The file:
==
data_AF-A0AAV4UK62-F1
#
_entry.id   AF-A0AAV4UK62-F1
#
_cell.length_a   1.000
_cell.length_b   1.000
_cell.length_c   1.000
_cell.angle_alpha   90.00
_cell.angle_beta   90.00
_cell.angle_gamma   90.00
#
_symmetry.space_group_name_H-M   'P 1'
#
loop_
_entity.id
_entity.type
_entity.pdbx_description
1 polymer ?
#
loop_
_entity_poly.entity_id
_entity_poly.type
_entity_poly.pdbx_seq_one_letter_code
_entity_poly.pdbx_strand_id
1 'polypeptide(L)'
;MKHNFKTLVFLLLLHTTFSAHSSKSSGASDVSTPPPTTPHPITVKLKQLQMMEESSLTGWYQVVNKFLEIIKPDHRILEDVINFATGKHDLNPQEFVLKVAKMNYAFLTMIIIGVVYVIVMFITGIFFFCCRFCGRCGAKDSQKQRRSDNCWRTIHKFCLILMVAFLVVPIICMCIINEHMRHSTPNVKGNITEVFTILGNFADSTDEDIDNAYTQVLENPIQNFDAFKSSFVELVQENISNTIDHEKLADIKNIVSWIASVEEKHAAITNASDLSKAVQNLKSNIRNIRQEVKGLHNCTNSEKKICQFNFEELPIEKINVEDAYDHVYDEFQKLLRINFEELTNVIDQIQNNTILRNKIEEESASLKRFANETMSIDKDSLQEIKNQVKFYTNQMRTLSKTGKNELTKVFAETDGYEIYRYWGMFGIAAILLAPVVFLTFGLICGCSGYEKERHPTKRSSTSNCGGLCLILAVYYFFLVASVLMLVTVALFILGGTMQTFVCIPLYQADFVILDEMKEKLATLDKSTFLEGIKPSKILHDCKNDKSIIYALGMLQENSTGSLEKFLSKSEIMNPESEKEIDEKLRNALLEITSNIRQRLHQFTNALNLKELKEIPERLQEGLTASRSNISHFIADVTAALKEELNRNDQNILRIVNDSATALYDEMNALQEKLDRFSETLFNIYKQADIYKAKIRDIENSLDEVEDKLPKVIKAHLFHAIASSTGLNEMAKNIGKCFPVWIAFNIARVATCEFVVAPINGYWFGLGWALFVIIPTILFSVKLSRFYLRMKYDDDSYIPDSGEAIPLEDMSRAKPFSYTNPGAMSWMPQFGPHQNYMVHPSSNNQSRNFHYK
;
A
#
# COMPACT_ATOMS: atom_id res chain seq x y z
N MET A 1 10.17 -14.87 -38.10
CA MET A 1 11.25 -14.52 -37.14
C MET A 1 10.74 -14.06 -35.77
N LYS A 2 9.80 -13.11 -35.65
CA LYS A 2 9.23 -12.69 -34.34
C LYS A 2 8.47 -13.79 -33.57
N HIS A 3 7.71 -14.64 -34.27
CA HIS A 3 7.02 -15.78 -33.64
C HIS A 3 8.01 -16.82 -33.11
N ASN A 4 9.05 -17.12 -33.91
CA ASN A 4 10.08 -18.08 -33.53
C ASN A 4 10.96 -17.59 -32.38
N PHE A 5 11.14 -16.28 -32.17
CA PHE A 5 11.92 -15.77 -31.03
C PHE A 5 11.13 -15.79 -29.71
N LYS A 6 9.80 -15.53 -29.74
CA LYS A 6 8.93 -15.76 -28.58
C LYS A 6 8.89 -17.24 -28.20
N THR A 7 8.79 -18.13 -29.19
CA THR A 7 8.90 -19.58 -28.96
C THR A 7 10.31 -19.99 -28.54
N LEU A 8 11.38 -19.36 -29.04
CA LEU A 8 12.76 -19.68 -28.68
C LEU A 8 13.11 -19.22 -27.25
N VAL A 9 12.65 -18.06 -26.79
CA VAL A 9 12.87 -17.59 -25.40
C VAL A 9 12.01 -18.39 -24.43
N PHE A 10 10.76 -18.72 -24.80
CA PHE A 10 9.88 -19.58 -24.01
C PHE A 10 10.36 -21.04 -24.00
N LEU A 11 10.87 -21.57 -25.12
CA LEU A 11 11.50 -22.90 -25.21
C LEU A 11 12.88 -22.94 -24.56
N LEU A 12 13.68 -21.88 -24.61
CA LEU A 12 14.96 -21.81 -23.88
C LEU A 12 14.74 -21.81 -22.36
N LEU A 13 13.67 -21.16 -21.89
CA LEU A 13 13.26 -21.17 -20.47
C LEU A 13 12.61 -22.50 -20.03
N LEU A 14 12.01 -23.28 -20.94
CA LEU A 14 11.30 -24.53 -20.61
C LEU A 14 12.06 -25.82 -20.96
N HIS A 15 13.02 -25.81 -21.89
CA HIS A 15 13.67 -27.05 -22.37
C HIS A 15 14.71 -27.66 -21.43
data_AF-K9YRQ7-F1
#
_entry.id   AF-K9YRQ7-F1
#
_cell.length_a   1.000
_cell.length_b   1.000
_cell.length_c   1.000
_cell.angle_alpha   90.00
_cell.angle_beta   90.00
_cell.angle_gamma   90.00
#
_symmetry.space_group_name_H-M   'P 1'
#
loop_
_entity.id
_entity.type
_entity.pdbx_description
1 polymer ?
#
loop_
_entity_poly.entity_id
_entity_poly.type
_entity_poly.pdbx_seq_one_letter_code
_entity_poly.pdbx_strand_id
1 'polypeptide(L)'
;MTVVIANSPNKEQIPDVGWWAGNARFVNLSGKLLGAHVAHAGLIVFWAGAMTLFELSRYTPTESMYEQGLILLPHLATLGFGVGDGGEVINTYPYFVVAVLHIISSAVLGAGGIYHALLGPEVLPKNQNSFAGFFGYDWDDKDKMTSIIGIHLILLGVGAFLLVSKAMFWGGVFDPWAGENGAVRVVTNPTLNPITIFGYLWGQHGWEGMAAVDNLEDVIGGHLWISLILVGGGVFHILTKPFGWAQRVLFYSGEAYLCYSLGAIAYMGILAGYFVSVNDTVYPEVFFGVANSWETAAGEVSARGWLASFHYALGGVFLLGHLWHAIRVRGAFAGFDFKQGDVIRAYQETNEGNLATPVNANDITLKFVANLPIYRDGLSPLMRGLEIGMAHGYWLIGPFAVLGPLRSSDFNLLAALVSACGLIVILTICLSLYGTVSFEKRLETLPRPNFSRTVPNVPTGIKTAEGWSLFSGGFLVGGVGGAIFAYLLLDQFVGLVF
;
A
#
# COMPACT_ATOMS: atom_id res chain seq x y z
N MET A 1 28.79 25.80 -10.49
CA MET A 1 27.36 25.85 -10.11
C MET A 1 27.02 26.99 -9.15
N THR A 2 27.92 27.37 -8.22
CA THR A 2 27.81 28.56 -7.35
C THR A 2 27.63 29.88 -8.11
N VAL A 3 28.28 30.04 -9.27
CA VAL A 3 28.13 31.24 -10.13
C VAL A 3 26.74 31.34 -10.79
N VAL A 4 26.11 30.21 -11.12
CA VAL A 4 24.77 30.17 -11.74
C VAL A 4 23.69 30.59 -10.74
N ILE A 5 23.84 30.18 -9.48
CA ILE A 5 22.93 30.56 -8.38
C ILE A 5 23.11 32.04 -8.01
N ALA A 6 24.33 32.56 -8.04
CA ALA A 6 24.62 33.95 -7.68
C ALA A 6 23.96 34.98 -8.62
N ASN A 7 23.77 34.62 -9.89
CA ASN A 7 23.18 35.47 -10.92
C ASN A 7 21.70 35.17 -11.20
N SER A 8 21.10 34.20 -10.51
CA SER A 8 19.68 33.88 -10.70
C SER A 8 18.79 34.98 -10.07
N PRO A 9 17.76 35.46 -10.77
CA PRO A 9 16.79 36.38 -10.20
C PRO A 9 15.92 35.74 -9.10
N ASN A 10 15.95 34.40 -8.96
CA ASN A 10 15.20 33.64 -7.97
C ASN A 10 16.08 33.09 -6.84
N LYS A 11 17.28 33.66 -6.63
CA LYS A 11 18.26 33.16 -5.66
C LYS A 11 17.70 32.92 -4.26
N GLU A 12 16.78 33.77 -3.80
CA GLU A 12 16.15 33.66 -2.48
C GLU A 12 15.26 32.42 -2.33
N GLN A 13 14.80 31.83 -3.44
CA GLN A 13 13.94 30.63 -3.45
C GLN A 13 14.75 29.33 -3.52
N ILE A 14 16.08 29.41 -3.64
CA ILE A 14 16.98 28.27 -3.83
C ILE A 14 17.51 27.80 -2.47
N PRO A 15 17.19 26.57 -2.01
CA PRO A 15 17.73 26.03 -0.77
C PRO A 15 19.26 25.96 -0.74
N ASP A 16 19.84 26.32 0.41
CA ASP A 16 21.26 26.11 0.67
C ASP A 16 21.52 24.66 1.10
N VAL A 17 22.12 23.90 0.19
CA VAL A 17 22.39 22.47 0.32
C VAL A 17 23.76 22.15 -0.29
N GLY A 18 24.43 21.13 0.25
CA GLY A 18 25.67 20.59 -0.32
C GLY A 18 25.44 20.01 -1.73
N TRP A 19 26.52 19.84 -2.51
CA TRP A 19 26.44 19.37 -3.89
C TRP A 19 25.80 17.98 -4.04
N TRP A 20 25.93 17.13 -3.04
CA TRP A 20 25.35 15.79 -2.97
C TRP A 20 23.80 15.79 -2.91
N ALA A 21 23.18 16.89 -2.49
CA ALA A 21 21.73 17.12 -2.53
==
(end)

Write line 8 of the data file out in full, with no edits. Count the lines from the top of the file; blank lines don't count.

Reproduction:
_cell.angle_alpha   90.00